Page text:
Fast Times at Marina Bay?
A quick police check revealed that Robert had a license to carry firearms, and owned a total of four guns, including two Smith & Wesson .45-caliber handguns. A .45-caliber shell casing had been recovered at the scene. Three days after the shooting, Robert turned himself in and gave police permission to search his car. They discovered gunpowder residue as well as a can of triple-action defense spray. At his condo they found the two Smith & Wessons and ammunition that matched the bullet doctors had removed from Joseph Fasano’s upper abdomen at Boston Medical Center. Fasano, who underwent multiple surgeries, remained in the hospital for nearly a week.
Before tracking down Robert, the police had labeled the whole thing a random act of road rage. “I would say this is probably fairly common,” Jeffrey Burrell, a Quincy police lieutenant, told reporters the day after the shooting. “This seems to be the way people drive now.”
THE RAGS-TO-RICHES ascent of William O’Connell and younger brother Peter has become something of a South Shore legend. They came from modest means — their dad was a milkman and their mom worked nights at a factory — and bought their first piece of land in 1958 with $450 that Peter earned from selling newspapers at Quincy’s Fore River Shipyard. In 1969, when William was 30 and Peter 26, the pair cofounded their development company. Their first project was a six-unit apartment building on that original lot.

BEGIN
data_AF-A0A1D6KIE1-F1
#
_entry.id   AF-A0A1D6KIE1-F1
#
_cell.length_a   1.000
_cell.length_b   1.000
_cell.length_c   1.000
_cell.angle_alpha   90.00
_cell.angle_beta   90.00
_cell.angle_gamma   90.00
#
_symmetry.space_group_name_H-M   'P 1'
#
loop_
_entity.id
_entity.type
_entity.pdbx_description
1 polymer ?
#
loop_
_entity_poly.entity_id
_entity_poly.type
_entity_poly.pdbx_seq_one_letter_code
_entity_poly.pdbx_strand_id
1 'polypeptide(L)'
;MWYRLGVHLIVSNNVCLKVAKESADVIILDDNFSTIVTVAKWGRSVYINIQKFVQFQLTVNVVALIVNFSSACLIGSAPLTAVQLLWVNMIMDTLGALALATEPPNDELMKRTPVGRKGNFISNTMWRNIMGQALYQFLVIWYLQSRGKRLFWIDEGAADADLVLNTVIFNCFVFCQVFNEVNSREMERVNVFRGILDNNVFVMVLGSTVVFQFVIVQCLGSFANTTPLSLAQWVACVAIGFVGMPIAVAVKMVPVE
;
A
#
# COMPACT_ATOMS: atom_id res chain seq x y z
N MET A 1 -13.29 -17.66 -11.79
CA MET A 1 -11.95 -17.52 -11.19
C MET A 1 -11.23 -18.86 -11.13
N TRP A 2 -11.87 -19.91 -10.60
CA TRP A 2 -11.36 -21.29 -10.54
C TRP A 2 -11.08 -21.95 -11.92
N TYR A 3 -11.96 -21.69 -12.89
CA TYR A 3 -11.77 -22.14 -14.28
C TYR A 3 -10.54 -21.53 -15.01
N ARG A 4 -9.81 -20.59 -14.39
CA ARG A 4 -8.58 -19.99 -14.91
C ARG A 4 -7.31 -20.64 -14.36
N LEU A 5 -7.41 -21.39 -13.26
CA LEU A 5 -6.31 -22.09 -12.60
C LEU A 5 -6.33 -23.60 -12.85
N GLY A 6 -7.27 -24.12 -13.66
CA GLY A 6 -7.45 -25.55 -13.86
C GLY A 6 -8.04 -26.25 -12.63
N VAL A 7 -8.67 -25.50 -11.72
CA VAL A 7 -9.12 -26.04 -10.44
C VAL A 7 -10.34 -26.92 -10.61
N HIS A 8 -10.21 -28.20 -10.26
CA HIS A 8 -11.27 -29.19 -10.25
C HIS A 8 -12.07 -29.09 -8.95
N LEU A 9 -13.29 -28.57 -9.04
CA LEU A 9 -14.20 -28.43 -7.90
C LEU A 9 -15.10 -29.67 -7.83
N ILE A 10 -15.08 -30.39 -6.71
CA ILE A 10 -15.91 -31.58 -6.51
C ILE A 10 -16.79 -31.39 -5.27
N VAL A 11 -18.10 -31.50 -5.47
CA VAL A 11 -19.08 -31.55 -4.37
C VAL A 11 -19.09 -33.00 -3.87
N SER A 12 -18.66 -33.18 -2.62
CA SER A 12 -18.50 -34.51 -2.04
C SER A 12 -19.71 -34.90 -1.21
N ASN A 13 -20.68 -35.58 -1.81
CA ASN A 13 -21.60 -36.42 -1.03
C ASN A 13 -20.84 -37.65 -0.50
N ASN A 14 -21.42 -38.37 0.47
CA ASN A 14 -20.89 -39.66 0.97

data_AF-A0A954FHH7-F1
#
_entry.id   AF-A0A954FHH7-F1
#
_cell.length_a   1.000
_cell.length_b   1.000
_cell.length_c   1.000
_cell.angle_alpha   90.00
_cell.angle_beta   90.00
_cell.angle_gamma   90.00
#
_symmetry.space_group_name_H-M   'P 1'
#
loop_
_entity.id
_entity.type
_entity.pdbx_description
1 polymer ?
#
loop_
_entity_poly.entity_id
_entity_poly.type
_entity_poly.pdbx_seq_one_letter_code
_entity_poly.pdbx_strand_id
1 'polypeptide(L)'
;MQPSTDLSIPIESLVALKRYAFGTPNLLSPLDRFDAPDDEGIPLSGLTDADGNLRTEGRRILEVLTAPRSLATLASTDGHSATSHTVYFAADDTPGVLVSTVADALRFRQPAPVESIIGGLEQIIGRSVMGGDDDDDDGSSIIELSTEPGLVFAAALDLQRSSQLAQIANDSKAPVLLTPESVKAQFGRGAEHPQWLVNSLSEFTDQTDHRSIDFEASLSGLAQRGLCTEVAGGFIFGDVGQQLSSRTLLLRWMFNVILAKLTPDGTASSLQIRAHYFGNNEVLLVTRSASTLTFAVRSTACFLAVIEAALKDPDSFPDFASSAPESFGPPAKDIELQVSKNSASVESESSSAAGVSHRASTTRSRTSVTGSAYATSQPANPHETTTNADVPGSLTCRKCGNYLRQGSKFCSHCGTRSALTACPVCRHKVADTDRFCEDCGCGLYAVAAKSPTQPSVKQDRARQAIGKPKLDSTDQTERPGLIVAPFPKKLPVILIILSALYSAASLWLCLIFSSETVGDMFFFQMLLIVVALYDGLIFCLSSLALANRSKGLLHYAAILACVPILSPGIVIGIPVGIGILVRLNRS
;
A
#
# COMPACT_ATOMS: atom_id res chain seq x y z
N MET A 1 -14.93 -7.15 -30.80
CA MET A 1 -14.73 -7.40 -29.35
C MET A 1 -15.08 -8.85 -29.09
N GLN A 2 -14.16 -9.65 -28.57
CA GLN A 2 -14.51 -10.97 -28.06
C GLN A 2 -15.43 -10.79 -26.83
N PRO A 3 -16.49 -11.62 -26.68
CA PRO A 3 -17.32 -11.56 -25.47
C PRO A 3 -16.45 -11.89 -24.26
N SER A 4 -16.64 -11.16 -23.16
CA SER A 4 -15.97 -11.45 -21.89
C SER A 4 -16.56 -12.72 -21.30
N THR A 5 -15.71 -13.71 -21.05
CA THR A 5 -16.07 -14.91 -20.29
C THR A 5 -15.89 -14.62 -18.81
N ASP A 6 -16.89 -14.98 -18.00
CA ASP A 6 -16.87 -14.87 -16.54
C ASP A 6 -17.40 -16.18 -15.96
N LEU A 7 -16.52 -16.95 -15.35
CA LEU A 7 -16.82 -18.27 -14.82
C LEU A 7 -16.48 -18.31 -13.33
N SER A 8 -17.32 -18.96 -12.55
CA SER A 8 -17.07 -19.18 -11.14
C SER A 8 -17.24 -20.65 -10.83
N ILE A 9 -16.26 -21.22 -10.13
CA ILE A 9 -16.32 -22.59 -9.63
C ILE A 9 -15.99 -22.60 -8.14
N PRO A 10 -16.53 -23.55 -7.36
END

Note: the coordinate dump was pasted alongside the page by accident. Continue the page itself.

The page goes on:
Over the years, Peter and William O’Connell worked tirelessly and equally hard to class up Quincy, the geographic and socioeconomic pit stop between Dorchester and Braintree. O’Connell Management Company, which in later years grew to include Peter’s sons, Thomas and Robert, developed dozens of high-profile residential and office buildings, including the World Trade Center in Boston; Quincy’s Louisburg Square South; the nationally recognized Granite Links Golf Club in Quincy; and additional properties in Colorado, Florida, and overseas.
The brothers’ signature project, though, was Marina Bay in Quincy, which features restaurants, shops, offices, and the region’s largest private marina. First developed in the ’80s, the place became known as a celebrity haven, the “Nantucket of Boston” — home to boldface residents such as Tom Brady, Chet Curtis, and a host of other media types and athletes, some of whom became close friends with the O’Connells. During Peter’s ill-fated 1989 run for Quincy mayor, his personal friend Ted Kennedy was out there stumping for him. Former Cardinal Bernard Law was reportedly a passenger on an O’Connell family private plane.
Few high-end real estate developers get into the business to make friends, and it’s true that many O’Connell projects have faced opposition from politicians, environmentalists, and various other groups, but the family has for the most part been liked and respected. “They helped build Quincy,” Peter Forman, South Shore Chamber of Commerce president and CEO, has said. “[The family is] very much a part of the community.” As kids, the brothers passed out campaign fliers for Arthur Tobin, a former Quincy mayor who now serves as clerk magistrate of the city’s district court. Former Quincy Mayor Walter Hannon Jr. partnered with the O’Connells in the development of Granite Links. And over the years, the O’Connells have given thousands of dollars to local candidates, including former U.S. Representative William Delahunt (who lives at Marina Bay), former state Treasurer Tim Cahill, and current Norfolk County District Attorney Michael Morrissey. The brothers, it seems, were strategic in their donations; their close ties to so many local leaders didn’t exactly hurt their development projects.